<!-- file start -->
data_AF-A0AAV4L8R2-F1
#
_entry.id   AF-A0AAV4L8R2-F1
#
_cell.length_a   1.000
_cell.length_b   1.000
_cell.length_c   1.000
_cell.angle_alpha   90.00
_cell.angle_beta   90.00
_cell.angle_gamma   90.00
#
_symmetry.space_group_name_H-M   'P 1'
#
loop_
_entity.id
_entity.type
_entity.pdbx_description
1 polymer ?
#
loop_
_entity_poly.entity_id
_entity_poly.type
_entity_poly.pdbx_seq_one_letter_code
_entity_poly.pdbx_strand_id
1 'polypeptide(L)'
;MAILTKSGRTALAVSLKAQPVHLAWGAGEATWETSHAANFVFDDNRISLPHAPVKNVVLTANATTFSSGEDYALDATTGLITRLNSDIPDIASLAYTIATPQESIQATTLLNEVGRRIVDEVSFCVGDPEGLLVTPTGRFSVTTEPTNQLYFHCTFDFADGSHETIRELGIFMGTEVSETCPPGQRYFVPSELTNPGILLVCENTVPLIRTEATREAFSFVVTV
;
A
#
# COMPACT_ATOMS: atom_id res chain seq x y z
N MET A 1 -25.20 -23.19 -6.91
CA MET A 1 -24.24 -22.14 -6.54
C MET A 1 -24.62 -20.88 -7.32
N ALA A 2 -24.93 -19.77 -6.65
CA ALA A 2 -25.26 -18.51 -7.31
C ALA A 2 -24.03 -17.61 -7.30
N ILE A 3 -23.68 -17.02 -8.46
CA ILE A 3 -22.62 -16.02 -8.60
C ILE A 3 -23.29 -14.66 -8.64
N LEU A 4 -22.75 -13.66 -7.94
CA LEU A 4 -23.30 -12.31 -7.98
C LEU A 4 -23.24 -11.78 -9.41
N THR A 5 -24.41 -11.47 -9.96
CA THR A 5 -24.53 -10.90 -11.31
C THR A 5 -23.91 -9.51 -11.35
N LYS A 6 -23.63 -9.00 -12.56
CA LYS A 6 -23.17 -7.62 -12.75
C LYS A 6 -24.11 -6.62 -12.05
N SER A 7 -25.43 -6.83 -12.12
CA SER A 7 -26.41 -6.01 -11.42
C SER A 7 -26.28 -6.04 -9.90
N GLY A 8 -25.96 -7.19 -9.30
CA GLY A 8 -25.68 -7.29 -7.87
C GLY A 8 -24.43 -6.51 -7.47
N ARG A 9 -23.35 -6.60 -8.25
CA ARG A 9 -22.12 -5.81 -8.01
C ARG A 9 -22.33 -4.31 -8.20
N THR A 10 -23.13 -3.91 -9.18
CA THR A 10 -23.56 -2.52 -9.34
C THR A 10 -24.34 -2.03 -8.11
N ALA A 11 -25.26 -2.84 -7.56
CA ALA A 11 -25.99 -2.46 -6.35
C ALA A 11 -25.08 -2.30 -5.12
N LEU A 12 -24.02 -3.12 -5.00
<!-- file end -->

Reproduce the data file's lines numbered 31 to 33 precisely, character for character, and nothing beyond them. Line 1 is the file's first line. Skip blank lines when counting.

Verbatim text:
N MET A 1 -25.20 -23.19 -6.91
CA MET A 1 -24.24 -22.14 -6.54
C MET A 1 -24.62 -20.88 -7.32